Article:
With another round of COVID-19 testing results in the books for UNM Athletics, the news was relatively good.
Athletic director Eddie Nuñez on Wednesday announced that 31 tests were conducted in “the week of June 29 through July 5” for a small number of staff but mostly athletes who are returning to campus to participate in voluntary summer strength and conditioning workouts. Of those, 30 were negative, and the lone positive test belonged to a staff member who has “had no interaction with student-athletes,” Nuñez said.
That brings the two-week total for UNM to 119 tests administered with two positive test results for COVID-19 — the earlier one belonging to an athlete.
The tests administered thus far have been primarily, though not exclusively, for football coaches, staff and players. Lobo football is scheduled to kick off its season at home Aug. 29 against Idaho State.
“As we continue to follow our own department and University guidelines as well as all state and city regulations, we remind everyone to wear a mask or face shield, and practice social distancing,” Nuñez said in a statement from UNM.
Before being allowed to resume limited summer workouts, all UNM athletes are required to undergo a 14-day self-quarantine period and pass both a physical and a COVID-19 test.
While having only two positive tests thus far is a positive sign relative to the high numbers on other campuses nationally, considering the close proximity of players and staff practicing and working together, even one carrier can quickly compromise a high number of those involved with a given sport.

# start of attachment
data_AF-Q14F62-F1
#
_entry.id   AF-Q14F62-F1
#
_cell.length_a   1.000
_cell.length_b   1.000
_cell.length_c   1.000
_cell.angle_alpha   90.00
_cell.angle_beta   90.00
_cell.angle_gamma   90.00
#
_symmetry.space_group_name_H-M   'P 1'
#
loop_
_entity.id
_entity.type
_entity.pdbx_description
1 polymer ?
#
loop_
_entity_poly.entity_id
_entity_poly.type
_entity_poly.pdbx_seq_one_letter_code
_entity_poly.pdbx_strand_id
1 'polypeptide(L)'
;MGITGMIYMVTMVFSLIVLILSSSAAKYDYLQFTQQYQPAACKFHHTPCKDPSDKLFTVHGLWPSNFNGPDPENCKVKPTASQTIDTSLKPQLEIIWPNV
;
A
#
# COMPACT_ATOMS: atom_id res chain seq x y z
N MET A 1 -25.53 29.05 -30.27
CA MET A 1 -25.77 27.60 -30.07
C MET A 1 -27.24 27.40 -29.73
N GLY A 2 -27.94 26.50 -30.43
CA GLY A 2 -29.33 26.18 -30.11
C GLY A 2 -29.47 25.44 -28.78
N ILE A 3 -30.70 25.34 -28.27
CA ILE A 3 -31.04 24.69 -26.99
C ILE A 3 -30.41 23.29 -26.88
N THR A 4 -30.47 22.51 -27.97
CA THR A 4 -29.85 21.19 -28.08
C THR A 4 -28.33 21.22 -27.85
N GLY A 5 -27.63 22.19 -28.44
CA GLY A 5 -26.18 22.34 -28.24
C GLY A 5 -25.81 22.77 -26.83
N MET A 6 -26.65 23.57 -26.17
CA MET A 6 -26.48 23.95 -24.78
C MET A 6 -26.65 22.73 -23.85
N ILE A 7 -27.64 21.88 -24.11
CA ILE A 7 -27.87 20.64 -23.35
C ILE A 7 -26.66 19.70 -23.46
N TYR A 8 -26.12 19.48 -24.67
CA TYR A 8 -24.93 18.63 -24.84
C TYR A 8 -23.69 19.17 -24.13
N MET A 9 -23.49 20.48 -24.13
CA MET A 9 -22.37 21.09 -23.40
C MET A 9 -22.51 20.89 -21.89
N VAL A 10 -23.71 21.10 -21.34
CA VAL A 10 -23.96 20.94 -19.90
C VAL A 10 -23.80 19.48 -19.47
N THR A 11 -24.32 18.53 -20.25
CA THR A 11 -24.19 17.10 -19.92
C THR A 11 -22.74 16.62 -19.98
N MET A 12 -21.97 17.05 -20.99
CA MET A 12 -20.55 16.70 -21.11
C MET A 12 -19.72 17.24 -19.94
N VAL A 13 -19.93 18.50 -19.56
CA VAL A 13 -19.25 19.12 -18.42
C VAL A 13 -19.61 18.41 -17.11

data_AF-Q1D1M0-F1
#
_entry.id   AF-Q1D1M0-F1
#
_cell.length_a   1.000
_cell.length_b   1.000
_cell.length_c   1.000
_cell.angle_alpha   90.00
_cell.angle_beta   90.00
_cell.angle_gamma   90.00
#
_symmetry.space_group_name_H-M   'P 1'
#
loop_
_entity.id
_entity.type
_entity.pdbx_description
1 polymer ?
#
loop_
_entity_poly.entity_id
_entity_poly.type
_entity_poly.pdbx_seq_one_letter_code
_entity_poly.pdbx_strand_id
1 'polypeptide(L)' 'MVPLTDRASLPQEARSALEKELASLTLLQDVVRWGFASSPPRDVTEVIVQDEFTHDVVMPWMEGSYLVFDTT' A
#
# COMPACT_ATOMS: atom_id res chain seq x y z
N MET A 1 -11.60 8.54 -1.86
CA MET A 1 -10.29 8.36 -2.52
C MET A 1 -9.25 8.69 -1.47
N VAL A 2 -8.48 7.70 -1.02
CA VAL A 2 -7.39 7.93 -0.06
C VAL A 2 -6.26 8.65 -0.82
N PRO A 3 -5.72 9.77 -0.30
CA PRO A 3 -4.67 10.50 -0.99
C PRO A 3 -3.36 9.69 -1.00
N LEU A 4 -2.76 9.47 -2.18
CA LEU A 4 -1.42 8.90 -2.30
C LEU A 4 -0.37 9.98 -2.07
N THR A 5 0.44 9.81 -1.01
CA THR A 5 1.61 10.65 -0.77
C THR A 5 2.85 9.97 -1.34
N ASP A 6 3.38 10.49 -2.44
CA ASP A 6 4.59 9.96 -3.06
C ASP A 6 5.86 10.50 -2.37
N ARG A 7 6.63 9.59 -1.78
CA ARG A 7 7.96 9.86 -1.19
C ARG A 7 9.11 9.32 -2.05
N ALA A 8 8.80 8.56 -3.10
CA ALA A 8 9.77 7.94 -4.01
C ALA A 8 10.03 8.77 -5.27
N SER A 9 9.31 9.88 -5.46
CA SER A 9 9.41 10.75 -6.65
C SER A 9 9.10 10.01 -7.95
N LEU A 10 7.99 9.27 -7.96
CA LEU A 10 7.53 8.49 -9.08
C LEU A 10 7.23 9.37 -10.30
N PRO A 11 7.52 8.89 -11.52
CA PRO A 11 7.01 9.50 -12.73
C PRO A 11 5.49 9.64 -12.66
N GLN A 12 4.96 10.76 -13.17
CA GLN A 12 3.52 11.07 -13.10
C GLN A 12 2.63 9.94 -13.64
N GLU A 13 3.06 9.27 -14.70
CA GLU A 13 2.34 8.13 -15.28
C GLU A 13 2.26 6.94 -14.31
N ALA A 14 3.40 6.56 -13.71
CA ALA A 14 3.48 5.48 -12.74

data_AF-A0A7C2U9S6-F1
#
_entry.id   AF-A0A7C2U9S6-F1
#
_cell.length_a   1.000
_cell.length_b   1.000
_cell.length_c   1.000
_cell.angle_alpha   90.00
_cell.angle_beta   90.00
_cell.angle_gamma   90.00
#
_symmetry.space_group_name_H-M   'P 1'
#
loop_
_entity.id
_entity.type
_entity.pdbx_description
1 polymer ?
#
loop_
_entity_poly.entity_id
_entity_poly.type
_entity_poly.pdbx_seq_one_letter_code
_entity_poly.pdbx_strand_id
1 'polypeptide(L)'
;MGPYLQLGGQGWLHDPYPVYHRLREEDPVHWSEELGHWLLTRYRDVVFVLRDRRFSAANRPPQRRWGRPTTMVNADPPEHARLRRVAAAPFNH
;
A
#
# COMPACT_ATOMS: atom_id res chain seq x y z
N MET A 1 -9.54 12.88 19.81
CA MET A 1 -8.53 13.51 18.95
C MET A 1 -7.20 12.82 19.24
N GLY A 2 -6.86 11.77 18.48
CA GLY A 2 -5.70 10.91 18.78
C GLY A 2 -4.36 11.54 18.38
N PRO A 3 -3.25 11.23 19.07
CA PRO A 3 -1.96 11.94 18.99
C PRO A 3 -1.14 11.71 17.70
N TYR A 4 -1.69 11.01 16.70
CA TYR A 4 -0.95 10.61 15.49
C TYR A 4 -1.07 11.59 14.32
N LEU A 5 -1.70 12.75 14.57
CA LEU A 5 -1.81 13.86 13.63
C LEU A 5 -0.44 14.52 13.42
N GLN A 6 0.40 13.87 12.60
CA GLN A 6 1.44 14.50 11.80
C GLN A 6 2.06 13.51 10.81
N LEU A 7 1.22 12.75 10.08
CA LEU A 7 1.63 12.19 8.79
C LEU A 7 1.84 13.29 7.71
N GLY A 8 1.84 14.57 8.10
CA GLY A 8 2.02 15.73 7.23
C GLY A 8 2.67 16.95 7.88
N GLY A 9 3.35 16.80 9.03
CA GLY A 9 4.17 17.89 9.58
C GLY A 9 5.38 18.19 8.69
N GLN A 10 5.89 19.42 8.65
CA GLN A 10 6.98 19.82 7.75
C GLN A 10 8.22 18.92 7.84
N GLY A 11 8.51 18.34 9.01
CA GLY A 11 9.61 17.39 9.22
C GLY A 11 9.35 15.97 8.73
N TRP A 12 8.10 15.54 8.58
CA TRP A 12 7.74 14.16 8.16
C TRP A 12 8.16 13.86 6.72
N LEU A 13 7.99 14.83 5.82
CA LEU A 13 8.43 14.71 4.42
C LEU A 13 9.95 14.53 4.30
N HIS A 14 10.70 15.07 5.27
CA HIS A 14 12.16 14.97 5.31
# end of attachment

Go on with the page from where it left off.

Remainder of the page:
New Mexico State University reported 20 positive tests this week, at least 26 over the past two weeks and has been forced to pause workouts that began more than a month ago.
“I’m confident in the plan and that the people who were diagnosed as positives will quarantine and we hope all of those will turn into negatives,” NMSU athletic director Mario Moccia told the Las Cruces Sun-News this week. “I don’t know how sure you can be of anything. There is always a risk of a start and stop situation.”
Both UNM and NMSU have been consistent in their pledge to continue releasing test result numbers without identifying specifically who tests positive or what sport they play. Other universities around the country have not taken the same approach.